Sorption of technetium on hematite colloids, at varying pH (3–10), has been studied in absence and presence of humic acid
using 95mTc-96Tc radiotracers. Technetium was found to be weakly sorbed on hematite at lower pH (<5) values, while no sorption was observed
at higher pH values. Humic acid was found to have no effect on the sorption of technetium on hematite under aerobic conditions,
while at lower pH values small reduction was observed which was attributed to the reduced zeta potential of the hematite colloids
owing to the strong sorption of humic acid.
The interaction of UO22+ with various humic acids (HA's) has been studied by capillary zone electrophoresis (CZE). The experiments were done in 10 mM acetate buffer with pH 3.3 and 4.0, to avoid hydrolysis of uranium. It was found that in slightly acidic media and low HA concentration (<3 mM), two complexes with uranium(VI) are formed by fast kinetics and uranyl migrates as cationic species. Electrophoretic mobilities are decreasing with the increasing HA/uranium ratio and a low soluble neutral compound is also formed. In addition, it was found that at HA concentrations higher than 3 mM negatively charged species are formed. Similar results were obtained for HA's of different origin (soil, peat, coal derived, IHSS standards). Conditional stability constants of the complexes UO22+-HA for Fluka I HA, were estimated to be log
1 = 4.18±0.06 and log
2 = 7.28±0.18.
Effects of pH, Eu(III) concentration, ionic strength, temperature and humic acid (HA) on Eu(III) sorption to iron oxides were
investigated in detail. The sorption of Eu(III) to iron oxides was significantly dependent on pH and weakly dependent on ionic
strength, and higher temperature was gainful to Eu(III) sorption. In the presence of HA, Eu(III) sorption was enhanced significantly
at low pH; whilst obvious negative effect was observed in higher pH range. Below 12 mg/L HA, HA could obviously enhanced Eu(III)
sorption to iron oxides, nevertheless Eu(III) sorption decreased steeply with increasing HA while HA exceeded 12 mg/L. The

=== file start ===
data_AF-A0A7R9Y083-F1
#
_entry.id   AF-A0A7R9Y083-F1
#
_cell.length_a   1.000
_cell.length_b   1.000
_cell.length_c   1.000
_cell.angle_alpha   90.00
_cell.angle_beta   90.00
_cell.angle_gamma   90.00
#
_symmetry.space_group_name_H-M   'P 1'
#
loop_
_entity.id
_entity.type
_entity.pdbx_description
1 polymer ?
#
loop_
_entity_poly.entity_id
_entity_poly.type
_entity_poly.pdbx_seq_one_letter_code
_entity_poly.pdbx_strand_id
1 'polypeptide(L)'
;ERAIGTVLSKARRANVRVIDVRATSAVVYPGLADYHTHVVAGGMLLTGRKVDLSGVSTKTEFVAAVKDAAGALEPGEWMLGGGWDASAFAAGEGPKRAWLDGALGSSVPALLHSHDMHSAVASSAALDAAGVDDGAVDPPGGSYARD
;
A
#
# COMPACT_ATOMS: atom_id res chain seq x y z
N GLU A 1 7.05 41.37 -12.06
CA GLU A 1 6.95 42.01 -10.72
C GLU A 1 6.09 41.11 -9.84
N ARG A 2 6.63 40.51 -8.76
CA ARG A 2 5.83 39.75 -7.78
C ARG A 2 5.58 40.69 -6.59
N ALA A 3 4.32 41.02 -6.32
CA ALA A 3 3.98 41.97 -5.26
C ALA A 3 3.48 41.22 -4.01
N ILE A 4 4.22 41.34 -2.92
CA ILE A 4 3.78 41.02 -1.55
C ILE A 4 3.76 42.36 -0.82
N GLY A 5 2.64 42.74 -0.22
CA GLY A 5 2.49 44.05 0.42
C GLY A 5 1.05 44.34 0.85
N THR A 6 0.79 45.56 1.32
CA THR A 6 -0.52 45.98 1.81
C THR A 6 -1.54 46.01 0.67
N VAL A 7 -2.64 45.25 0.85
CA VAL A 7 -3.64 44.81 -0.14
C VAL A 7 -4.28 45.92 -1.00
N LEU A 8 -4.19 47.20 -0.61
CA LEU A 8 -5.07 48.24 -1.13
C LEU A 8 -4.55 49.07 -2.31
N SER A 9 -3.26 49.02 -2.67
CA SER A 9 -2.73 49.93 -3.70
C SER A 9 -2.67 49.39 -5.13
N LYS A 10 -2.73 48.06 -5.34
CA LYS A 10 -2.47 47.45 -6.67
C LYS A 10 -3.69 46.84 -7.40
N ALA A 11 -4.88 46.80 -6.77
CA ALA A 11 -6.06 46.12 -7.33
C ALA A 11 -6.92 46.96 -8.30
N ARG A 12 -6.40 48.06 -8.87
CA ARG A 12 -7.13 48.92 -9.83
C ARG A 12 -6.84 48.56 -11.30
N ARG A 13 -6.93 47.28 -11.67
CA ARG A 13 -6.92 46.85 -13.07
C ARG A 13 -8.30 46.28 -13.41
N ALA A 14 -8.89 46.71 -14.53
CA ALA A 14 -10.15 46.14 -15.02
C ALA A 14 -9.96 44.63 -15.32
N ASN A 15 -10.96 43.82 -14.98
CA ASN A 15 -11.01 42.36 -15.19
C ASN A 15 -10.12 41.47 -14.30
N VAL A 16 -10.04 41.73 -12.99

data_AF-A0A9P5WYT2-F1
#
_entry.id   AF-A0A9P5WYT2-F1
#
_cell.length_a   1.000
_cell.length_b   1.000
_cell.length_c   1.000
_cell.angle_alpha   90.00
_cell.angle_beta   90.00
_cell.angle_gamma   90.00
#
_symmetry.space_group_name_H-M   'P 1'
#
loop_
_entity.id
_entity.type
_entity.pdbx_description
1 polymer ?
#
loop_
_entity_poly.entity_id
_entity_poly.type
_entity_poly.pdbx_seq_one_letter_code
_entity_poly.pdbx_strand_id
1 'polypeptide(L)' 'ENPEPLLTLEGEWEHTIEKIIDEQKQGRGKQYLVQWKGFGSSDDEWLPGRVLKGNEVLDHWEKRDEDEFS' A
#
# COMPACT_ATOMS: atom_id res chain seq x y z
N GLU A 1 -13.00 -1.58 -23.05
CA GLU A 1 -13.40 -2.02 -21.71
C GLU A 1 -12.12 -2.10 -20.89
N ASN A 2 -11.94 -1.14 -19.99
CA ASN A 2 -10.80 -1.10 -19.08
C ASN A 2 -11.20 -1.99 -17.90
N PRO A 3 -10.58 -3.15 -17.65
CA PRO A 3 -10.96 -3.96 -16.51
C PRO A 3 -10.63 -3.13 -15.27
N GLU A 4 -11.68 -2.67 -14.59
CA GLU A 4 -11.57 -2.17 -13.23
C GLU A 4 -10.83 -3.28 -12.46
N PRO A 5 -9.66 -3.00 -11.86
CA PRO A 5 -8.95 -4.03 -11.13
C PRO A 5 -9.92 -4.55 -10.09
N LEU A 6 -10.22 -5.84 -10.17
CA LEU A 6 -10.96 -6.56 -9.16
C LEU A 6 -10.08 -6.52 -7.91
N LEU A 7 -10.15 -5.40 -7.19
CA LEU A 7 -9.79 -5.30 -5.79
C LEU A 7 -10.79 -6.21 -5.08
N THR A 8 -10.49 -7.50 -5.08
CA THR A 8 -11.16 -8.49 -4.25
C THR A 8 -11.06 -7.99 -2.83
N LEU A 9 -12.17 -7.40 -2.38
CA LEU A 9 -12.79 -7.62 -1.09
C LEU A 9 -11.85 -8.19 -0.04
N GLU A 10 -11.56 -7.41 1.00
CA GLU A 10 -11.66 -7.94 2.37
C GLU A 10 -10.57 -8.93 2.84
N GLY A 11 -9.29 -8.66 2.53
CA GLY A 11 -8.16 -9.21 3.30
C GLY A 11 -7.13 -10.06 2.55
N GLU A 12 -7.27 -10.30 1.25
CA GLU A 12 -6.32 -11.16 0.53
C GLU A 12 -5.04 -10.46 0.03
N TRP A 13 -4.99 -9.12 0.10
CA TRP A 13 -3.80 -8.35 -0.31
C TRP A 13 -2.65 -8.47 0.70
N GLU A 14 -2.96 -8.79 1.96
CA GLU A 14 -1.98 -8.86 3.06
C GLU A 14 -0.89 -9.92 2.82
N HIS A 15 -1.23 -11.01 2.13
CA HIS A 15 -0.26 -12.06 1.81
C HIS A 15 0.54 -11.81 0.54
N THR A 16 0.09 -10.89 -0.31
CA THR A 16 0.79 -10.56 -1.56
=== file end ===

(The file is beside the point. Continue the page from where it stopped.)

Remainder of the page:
results were helpful for understanding radionuclides behaviors in natural environment.
Authors:T. Sakuragi, S. Sawa, S. Sato, T. Kozaki, T. Mitsugashira, M. Hara, and Y. Suzuki
In the wide pH range of 4 to 10, distribution ratios of Am(III)-humate species to free Am(III) ions (DAmHA = [Am(III)HA]/[Am(III)]free) were determined at 10 ppm (4.7 . 10-5 eq/dm3) of humic acid and 0.1M NaClO4 by a cation-exchange equilibrium method under N2 atmosphere. The DAmHA was insensitive to an increase in pH (logDAmHA ≈ 2.6-2.8), which indicates the formation of mixed hydroxo-humate complexes. The present DAmHA value is larger than the estimated value from available stability constants for ternary complexations by spectroscopic analysis (1.4-2.1) and is markedly smaller than that of Eu(III) obtained by the dialysis method (3.7-8.0) reported in the literatures. The DAmHA obtained in the present study is widely applicable to estimate the actinide(III) and lanthanide(III) sorption on minerals in the presence of humic and fulvic acids.
The complexation of Eu3+ and Am3+ ions with the humic acids has been investigated at various pH (4.0, 4.5, 5.0, 5.4) in 0.1M NaClO4 solution using solvent extraction technique. Two humic acids are used in this study: humic acid extracted from the soil of Taejon on the Okchon Basin of Korea (TJHA) and commercially available one from Aldrich Chemical Co. (AHA). The total carboxylate group concentrations were determined to be 3.58 meq/g and 4.59 meq/g for Taejon and Aldrich humic acids, respectively. The conditional stability constants (log
1 and log
2), dependent on the pH of the solution, of the complexes of Eu3+ and Am3+ ions with the humic acids have been determined at the ionic medium of 0.1M NaClO4. The values of stability constants with the degree of ionization of TJHA for Eu and Am complexes are quite well agreed with those of Lake Bradford humic acid (LBHA), indicating that structural characteristics of TJHA and LBHA may be quite similar to one another.